I lied to my mother about how long I’d practiced the piano, figuring I’d make up for it before my lesson on Saturday. Besides, it was a little white lie, like when she served us liver and told us it was steak. My father lied to us when he said the spankings hurt him more than they hurt us. When he got cancer, his doctors lied to him about his prognosis and asked my mother to collude. After my father died, my mother remarried. She lied to us about how happy she was, then went to the neighbors’ house to cry.
The lies we told each other—and ourselves.
My teachers lied about the conquest of the west and the causes of the Civil War, and the principal lied about how much the school district could afford to pay them.
In the evening, on TV, we saw Southern senators filibuster the civil rights bill in the name of states’ rights, and we heard tobacco executives deny that cigarettes cause cancer. We watched Huntley and Brinkley report the Pentagon’s lies about the body counts in Vietnam and how well the war was going. Then we watched the president lie about why we were there. And we all desperately, desperately wanted to be deceived.
John Unger Zussman is a creative and corporate storyteller and a co-founder of Retrospect.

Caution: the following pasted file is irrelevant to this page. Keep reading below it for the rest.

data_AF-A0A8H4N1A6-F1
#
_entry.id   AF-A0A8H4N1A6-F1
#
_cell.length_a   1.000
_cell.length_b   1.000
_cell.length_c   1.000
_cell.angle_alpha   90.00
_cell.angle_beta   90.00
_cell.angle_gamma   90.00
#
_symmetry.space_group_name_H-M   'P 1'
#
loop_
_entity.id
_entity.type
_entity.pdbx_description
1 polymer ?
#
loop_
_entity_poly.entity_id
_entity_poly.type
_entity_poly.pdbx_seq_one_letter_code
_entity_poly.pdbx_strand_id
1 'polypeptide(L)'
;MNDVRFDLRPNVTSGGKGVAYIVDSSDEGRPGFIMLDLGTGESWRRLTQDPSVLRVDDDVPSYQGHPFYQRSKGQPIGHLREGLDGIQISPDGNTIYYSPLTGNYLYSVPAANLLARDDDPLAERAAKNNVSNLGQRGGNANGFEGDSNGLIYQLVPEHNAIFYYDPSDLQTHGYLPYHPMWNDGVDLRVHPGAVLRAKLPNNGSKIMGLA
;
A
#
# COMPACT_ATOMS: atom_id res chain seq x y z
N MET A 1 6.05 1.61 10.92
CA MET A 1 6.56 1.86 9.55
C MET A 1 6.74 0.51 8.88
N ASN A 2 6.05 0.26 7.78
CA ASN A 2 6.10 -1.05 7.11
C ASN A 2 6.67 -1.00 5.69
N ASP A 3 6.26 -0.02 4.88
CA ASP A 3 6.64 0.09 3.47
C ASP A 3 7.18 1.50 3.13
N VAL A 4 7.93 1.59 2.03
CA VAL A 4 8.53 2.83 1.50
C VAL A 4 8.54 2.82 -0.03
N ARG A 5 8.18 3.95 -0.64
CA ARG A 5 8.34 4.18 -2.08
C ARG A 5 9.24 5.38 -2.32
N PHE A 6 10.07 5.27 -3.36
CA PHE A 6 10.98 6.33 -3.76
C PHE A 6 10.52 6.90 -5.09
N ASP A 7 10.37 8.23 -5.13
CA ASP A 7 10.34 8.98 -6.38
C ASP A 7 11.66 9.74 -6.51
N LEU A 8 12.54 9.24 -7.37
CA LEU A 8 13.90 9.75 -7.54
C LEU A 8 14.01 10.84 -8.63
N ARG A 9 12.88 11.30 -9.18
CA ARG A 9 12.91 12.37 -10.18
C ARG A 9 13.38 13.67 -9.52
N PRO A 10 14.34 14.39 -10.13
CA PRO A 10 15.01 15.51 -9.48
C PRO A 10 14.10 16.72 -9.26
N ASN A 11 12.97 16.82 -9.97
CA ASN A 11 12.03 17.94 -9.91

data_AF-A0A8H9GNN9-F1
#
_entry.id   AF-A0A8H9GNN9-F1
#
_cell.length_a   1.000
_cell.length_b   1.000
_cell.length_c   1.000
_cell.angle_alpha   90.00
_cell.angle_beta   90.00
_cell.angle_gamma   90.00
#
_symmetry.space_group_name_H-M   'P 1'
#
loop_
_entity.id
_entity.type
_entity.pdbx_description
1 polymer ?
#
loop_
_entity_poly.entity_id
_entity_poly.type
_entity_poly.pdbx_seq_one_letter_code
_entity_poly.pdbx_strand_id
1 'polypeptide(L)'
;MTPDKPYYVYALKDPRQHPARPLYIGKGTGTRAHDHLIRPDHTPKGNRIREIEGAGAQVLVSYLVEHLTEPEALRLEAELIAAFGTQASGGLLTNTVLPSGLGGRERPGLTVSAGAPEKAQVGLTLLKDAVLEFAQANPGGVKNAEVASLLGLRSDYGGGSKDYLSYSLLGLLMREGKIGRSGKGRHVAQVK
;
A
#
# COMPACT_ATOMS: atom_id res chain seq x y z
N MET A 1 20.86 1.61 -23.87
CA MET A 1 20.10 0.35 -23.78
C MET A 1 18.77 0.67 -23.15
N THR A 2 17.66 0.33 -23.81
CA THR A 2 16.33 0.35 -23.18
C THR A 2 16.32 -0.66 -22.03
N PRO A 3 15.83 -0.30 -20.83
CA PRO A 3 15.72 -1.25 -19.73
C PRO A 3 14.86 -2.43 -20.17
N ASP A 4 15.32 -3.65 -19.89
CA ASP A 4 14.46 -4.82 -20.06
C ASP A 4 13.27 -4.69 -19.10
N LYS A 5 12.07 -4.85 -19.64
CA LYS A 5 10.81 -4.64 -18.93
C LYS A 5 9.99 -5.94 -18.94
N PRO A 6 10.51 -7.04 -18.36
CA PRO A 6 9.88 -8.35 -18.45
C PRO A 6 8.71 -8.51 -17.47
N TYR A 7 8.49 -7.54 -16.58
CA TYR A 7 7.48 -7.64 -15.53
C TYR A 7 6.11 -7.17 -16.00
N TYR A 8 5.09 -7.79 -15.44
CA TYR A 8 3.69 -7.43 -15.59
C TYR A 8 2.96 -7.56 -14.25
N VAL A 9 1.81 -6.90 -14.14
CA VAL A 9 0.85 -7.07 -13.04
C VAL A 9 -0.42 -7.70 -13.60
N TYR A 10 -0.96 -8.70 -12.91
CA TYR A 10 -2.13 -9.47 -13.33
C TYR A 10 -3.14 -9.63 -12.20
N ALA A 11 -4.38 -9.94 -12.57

Wow, John, this is great! In three short paragraphs you manage to convey so much! Thank you for your insights!
John, this is a heartbreaking story of how dishonesty can have life-changing consequences for individuals and entire nations. Thank you for the courage to share it.
Thank you, John. in these few, succinct paragraphs, you beautifully captured all the lies that surround us — big and small, personal and political, harmless and devastating. And how often we want to be lied to. Bravo!
Wow, John. That just about nails it all in three short ‘graphs! Really brought it home, how much and and at how many levels we’ve been lied to… our whole lives. I’d love to see you expand this!
Charles, thanks for your kind words. It’s true that I could pretty much tell a whole story for each sentence in this one. In fact, I had originally chosen a featured image of Walter Cronkite reporting from Vietnam, to illustrate that part of the story, but it seemed to veer the whole story off in that direction.
I’m going to leave it as is for now. But who knows what stories future prompts will evoke?
Stunning how the little white lies accumulated into big ones told by public officials to keep us all in the dark. In short order, you effectively took us from childhood innocence to adult culpability with huge ramifications. You exposed our soft underbellies, John. Brilliant piece. Nice to have you back.
Very powerful statement about the lies, large and small, that govern our personal lives; the lies we are taught in school; and the lies we are fed by our political leaders. Thanks for sharing this, John.